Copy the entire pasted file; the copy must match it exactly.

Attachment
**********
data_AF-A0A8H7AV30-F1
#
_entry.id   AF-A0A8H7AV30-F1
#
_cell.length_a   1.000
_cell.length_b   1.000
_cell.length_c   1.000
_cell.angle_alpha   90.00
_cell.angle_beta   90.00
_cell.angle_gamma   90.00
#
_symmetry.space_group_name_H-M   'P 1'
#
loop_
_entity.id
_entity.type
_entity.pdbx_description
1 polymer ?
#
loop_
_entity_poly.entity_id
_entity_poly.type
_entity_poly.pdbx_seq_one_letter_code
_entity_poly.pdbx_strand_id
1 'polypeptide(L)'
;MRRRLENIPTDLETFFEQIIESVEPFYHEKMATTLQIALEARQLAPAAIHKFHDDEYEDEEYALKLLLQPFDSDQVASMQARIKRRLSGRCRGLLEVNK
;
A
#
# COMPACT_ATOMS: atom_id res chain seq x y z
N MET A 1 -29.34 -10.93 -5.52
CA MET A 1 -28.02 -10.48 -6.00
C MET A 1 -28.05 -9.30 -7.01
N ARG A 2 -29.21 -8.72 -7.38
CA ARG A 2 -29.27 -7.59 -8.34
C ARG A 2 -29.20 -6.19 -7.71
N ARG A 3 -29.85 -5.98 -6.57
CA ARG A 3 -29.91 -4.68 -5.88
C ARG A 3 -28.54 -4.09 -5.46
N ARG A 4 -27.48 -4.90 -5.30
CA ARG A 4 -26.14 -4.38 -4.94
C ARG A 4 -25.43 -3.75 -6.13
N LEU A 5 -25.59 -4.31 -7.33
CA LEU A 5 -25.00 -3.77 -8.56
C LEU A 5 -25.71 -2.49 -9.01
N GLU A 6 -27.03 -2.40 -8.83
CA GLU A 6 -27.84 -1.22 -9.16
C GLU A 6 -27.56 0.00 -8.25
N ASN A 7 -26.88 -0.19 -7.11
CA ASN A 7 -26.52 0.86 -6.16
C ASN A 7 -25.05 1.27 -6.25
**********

data_AF-A0A8H7AV30-F1
#
_entry.id   AF-A0A8H7AV30-F1
#
_cell.length_a   1.000
_cell.length_b   1.000
_cell.length_c   1.000
_cell.angle_alpha   90.00
_cell.angle_beta   90.00
_cell.angle_gamma   90.00
#
_symmetry.space_group_name_H-M   'P 1'
#
loop_
_entity.id
_entity.type
_entity.pdbx_description
1 polymer ?
#
loop_
_entity_poly.entity_id
_entity_poly.type
_entity_poly.pdbx_seq_one_letter_code
_entity_poly.pdbx_strand_id
1 'polypeptide(L)'
;MRRRLENIPTDLETFFEQIIESVEPFYHEKMATTLQIALEARQLAPAAIHKFHDDEYEDEEYALKLLLQPFDSDQVASMQARIKRRLSGRCRGLLEVNK
;
A
#
# COMPACT_ATOMS: atom_id res chain seq x y z
N MET A 1 -29.34 -10.93 -5.52
CA MET A 1 -28.02 -10.48 -6.00
C MET A 1 -28.05 -9.30 -7.01
N ARG A 2 -29.21 -8.72 -7.38
CA ARG A 2 -29.27 -7.59 -8.34
C ARG A 2 -29.20 -6.19 -7.71
N ARG A 3 -29.85 -5.98 -6.57
CA ARG A 3 -29.91 -4.68 -5.88
C ARG A 3 -28.54 -4.09 -5.46
N ARG A 4 -27.48 -4.90 -5.30
CA ARG A 4 -26.14 -4.38 -4.94
C ARG A 4 -25.43 -3.75 -6.13
N LEU A 5 -25.59 -4.31 -7.33
CA LEU A 5 -25.00 -3.77 -8.56
C LEU A 5 -25.71 -2.49 -9.01
N GLU A 6 -27.03 -2.40 -8.83
CA GLU A 6 -27.84 -1.22 -9.16
C GLU A 6 -27.56 0.00 -8.25
N ASN A 7 -26.88 -0.19 -7.11
CA ASN A 7 -26.52 0.86 -6.16
C ASN A 7 -25.05 1.27 -6.25